(we've been warning about it for a year now)
On Wednesday, the U.S. House of Representatives passed bill H.R. 5351 to renew a standing investment tax credit for solar, as well as wind, biofuels and other renewable sources. But as in the past, the bill faces stiff resistance in the Senate and a veto from President Bush.
Most media sources have reported on the bill as if its future is still uncertain, but the general feeling among analysts, entrepreneurs and VCs that I’ve talked to is fairly gloomy. Most expect that the credits will run out, leaving the industry in the lurch until the changing of the guard in 2009.
This same bill has been knocked down two times before without even making it to President Bush, so the persistence of House Democrats in continuing to push looks more like political in-fighting than any effort at progress.
The problem for the cleantech industry is the lack of certainty. The current set of credits runs out at the end of this year, but will probably be restored — and possibly reinforced — in 2009, especially if the Democrats win the presidential election. However, that leaves an interim period of an unknown length in which ongoing projects would be unprotected. And without absolute certainty that there will be a credit at some point, many investors could be dissuaded from projects they would otherwise have poured millions into.Curiously, many solar cell manufacturers located in the United States stand to lose less than the country as a whole does. The CEO of Nanosolar, Martin Rosencheisen, told me that there’s strong enough worldwide demand for his products that losing the ITC would have only a marginal impact on his business....MORE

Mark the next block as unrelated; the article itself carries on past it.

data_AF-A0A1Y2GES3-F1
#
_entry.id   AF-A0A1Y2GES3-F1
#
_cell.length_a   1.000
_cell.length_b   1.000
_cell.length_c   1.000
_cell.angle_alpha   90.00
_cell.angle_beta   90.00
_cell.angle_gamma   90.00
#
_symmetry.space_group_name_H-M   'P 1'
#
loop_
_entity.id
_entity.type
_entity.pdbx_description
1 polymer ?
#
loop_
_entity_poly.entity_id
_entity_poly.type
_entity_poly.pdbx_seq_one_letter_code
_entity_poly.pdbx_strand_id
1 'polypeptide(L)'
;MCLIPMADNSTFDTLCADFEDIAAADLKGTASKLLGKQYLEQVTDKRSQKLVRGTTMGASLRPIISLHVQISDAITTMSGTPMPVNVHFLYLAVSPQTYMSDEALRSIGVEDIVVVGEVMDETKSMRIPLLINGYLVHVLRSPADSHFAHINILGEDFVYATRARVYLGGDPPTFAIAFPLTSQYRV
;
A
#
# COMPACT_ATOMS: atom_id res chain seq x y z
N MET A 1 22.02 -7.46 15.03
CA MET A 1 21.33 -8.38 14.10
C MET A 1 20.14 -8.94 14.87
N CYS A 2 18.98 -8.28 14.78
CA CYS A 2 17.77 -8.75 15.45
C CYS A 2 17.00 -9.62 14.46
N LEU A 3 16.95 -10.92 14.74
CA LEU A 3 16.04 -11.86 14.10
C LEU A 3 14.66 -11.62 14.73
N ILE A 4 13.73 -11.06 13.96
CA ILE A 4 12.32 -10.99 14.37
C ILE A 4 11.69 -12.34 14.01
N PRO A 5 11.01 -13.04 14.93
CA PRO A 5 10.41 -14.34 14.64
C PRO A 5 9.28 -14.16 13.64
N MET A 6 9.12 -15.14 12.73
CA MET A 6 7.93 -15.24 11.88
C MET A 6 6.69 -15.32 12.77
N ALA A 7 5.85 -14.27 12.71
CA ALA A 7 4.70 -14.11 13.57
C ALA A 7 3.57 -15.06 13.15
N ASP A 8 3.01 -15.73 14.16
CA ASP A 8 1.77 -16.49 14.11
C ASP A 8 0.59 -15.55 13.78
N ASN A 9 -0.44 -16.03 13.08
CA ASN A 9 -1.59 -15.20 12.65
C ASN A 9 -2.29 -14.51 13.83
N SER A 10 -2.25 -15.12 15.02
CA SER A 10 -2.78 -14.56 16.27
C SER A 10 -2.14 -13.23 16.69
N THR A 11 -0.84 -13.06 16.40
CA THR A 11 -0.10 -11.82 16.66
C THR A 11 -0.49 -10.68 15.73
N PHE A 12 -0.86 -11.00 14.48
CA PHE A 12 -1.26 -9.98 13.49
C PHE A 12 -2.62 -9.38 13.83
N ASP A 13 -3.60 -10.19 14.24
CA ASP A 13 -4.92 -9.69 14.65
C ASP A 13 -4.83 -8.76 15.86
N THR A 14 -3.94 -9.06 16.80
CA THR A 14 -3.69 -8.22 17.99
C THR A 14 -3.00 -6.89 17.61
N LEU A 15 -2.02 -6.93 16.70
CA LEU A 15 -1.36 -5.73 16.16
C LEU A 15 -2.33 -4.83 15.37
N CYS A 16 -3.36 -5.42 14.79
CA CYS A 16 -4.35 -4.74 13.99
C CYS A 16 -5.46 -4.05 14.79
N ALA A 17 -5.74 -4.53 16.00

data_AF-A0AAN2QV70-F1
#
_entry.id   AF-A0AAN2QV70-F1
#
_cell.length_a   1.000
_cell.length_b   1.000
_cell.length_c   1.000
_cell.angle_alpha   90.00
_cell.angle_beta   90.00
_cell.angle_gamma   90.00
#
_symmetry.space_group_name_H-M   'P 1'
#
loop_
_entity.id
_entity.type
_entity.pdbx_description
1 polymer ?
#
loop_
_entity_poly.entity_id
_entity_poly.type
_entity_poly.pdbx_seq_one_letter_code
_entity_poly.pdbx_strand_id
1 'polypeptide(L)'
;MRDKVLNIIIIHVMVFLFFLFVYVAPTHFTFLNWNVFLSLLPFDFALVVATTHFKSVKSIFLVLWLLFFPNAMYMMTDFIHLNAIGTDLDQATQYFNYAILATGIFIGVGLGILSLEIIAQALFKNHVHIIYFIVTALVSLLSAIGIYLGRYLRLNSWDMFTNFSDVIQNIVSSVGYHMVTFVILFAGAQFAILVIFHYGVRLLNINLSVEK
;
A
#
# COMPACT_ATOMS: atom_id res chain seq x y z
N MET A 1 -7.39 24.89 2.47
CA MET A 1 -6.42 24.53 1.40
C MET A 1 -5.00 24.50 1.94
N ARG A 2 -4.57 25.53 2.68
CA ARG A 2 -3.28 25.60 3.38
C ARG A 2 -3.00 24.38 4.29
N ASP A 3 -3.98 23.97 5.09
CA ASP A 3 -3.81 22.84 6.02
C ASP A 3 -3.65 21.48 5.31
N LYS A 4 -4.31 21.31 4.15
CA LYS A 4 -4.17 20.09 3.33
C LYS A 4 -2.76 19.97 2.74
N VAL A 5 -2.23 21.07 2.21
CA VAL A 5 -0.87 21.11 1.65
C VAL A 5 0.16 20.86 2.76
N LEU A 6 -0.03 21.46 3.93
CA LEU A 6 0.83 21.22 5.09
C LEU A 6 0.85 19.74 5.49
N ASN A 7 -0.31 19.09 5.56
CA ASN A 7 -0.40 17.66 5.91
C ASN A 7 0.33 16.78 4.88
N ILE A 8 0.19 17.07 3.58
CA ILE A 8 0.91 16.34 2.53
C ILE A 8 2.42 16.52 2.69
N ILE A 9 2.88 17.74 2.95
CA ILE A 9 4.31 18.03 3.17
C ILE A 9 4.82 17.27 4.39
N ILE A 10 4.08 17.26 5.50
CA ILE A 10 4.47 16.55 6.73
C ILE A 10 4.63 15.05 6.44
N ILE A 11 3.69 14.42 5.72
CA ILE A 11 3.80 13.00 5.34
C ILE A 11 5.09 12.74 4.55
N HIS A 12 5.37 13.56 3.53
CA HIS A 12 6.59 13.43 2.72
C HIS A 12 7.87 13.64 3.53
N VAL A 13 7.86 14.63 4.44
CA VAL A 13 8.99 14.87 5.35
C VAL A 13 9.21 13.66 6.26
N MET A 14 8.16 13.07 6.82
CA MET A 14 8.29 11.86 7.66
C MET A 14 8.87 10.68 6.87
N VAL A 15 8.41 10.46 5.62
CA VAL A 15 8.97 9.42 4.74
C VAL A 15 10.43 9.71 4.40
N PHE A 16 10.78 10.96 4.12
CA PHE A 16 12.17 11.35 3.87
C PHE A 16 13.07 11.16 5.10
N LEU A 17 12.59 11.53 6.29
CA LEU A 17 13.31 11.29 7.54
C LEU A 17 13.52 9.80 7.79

From The Economist article "From Geeks to Greens":
...Then there is the need to focus on government policy. When it comes to green investing, public-policy risk may matter at least as much as technology risk. Even though the three main remaining candidates for the White House all say they will introduce a mandatory federal cap-and-trade scheme to limit America's carbon-dioxide emissions, the details have yet to be agreed on and the votes cast. “Managing public-policy risk is not something traditional technology executives have had to do, so there will be a steep learning curve,” says Diana Glassman, an environmental-business banker at Credit Suisse.
Finally for investors in rent-seeking organizations there is the real risk that the politicians will change the rules. Heed the words of Sen. Simon Cameron (R&D!-Pa.):
"The honest politician is one who when he is bought, will stay bought."